“Global efforts to meet the goals to end all forms of slavery by 2030 are still too uncoordinated”, denounced Ivan Jurkovič, Permanent Observer of the Holy See to the United Nations and Other International Organizations in Geneva, on June 27.
For the record
“Modern slavery is one of the gravest criminal offences with over 40 million victims and an annual generated profit from trafficking in human beings of 32 billion dollars, making it the second most profitable business after the illegal arms trade”, lamented the Vatican ambassador, alerting that
“the exploitation takes many forms, including forced labour, sexual slavery, forced criminality, reproductive exploitation and organ harvesting, and is present in private, commercial, public and governmental enterprises”.
One level deeper
“Too often, it is a lack of opportunities, abject poverty or conflicts that create dangerous situations in which desperation makes it easy to be exploited by criminals”, said Jurkovič, denouncing that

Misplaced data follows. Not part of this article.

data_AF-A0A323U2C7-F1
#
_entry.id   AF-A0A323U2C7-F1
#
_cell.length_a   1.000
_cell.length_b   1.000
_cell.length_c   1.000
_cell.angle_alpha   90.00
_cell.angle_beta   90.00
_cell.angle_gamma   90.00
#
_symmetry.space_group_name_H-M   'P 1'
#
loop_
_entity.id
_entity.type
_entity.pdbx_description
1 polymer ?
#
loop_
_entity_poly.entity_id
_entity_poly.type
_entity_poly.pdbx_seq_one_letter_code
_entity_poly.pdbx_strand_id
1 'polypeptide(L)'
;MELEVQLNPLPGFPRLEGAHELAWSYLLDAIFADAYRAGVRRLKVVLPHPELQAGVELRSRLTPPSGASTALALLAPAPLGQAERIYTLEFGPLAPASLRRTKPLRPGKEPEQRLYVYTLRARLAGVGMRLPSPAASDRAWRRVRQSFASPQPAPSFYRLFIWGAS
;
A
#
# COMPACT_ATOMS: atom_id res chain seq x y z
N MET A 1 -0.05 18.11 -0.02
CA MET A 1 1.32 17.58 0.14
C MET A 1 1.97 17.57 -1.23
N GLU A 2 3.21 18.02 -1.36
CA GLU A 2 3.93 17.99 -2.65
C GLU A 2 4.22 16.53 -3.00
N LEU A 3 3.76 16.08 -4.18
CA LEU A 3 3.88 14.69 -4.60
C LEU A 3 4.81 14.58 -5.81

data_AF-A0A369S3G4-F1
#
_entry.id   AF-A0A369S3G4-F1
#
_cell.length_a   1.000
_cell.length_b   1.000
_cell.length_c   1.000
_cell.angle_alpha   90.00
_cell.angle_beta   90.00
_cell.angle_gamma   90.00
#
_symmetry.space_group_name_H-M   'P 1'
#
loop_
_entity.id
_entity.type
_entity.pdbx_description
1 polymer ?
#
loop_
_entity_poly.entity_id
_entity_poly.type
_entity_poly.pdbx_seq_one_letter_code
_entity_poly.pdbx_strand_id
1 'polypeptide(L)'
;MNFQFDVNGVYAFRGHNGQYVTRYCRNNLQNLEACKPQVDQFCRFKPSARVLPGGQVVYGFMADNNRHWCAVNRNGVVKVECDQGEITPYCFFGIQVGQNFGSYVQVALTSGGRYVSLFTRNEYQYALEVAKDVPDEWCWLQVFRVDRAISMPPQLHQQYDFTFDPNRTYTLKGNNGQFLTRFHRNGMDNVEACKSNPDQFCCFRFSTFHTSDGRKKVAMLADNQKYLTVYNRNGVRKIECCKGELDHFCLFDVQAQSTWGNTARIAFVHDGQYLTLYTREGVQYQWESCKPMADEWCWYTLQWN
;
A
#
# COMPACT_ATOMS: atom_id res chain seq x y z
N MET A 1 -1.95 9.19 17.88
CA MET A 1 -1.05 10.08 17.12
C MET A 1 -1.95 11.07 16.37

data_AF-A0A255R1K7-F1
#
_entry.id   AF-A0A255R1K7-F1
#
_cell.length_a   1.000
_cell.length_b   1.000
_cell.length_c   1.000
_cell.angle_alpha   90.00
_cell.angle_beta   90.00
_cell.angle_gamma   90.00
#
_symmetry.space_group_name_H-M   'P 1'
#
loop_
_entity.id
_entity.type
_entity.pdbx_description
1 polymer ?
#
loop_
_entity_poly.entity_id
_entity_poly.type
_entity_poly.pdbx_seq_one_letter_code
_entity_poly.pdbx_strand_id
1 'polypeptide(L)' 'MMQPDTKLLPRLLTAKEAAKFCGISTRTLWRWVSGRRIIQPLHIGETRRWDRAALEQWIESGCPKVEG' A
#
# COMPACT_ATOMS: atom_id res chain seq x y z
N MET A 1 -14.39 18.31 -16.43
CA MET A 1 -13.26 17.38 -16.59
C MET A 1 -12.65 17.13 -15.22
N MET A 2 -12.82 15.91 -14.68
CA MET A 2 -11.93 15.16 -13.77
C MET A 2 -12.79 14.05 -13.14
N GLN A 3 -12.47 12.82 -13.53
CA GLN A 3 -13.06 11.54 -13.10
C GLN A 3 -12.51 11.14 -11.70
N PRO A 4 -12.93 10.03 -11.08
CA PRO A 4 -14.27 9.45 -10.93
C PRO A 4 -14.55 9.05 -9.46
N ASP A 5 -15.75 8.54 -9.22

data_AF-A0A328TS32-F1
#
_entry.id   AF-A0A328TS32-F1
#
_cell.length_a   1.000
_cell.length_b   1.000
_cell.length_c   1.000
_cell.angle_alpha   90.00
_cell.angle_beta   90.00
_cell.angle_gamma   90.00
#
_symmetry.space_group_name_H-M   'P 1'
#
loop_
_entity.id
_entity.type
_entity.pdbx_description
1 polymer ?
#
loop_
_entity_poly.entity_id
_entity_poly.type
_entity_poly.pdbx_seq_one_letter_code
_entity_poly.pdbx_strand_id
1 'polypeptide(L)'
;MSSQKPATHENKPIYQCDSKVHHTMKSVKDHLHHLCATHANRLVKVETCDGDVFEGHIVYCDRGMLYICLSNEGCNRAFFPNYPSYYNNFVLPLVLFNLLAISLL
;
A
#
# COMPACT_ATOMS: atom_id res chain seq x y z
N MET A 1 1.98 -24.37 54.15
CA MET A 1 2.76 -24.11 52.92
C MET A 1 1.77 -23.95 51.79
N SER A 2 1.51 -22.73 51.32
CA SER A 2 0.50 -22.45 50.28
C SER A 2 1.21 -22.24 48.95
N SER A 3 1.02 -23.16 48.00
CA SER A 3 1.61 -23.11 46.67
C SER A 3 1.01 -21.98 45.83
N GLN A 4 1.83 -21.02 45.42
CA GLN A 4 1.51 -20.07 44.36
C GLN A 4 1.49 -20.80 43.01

“modern forms of slavery should have no place in the contemporary world, they are immoral and utterly deplorable”.
The Vatican ambassador insisted that “it is the obligation of the State to break this cycle of indifference and establish or improve programmes and mechanisms for protecting, rehabilitating and reintegrating victims of trafficking, allocating to them the economic resources seized from the traffickers”.
“Our common fight to prevent this modern-day scourge needs to be accelerated, at local and international levels, not only by tackling the symptoms, but also the underlying causes”, urged Jurkovič.